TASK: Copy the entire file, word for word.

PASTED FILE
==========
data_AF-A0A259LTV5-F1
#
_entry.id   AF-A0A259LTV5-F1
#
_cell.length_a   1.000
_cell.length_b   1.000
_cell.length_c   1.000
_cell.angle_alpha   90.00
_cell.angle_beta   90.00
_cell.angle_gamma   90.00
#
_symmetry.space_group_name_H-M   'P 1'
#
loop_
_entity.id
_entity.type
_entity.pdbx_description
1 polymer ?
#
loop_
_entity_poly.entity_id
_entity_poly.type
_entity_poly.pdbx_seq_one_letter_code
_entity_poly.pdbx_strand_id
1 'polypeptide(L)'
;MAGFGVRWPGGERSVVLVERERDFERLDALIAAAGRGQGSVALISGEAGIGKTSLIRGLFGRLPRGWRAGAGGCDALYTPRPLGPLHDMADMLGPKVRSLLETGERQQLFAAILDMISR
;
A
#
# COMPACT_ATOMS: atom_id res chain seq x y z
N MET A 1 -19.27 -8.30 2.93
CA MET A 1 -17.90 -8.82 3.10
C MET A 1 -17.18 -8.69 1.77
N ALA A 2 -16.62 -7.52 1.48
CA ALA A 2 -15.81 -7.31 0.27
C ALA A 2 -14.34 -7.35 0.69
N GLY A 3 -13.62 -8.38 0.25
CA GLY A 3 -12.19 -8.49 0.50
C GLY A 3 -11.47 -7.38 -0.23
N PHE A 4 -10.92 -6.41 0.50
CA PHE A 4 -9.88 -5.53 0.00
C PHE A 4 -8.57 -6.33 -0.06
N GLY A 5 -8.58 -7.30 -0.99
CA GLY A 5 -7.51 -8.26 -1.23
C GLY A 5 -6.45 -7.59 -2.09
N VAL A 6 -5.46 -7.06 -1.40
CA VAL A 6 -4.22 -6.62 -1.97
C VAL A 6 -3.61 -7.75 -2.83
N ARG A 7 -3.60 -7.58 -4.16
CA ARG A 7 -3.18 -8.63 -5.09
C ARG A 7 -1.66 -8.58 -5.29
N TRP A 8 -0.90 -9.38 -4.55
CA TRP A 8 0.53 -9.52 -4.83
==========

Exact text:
data_AF-A0A259LTV5-F1
#
_entry.id   AF-A0A259LTV5-F1
#
_cell.length_a   1.000
_cell.length_b   1.000
_cell.length_c   1.000
_cell.angle_alpha   90.00
_cell.angle_beta   90.00
_cell.angle_gamma   90.00
#
_symmetry.space_group_name_H-M   'P 1'
#
loop_
_entity.id
_entity.type
_entity.pdbx_description
1 polymer ?
#
loop_
_entity_poly.entity_id
_entity_poly.type
_entity_poly.pdbx_seq_one_letter_code
_entity_poly.pdbx_strand_id
1 'polypeptide(L)'
;MAGFGVRWPGGERSVVLVERERDFERLDALIAAAGRGQGSVALISGEAGIGKTSLIRGLFGRLPRGWRAGAGGCDALYTPRPLGPLHDMADMLGPKVRSLLETGERQQLFAAILDMISR
;
A
#
# COMPACT_ATOMS: atom_id res chain seq x y z
N MET A 1 -19.27 -8.30 2.93
CA MET A 1 -17.90 -8.82 3.10
C MET A 1 -17.18 -8.69 1.77
N ALA A 2 -16.62 -7.52 1.48
CA ALA A 2 -15.81 -7.31 0.27
C ALA A 2 -14.34 -7.35 0.69
N GLY A 3 -13.62 -8.38 0.25
CA GLY A 3 -12.19 -8.49 0.50
C GLY A 3 -11.47 -7.38 -0.23
N PHE A 4 -10.92 -6.41 0.50
CA PHE A 4 -9.88 -5.53 0.00
C PHE A 4 -8.57 -6.33 -0.06
N GLY A 5 -8.58 -7.30 -0.99
CA GLY A 5 -7.51 -8.26 -1.23
C GLY A 5 -6.45 -7.59 -2.09
N VAL A 6 -5.46 -7.06 -1.40
CA VAL A 6 -4.22 -6.62 -1.97
C VAL A 6 -3.61 -7.75 -2.83
N ARG A 7 -3.60 -7.58 -4.16
CA ARG A 7 -3.18 -8.63 -5.09
C ARG A 7 -1.66 -8.58 -5.29
N TRP A 8 -0.90 -9.38 -4.55
CA TRP A 8 0.53 -9.52 -4.83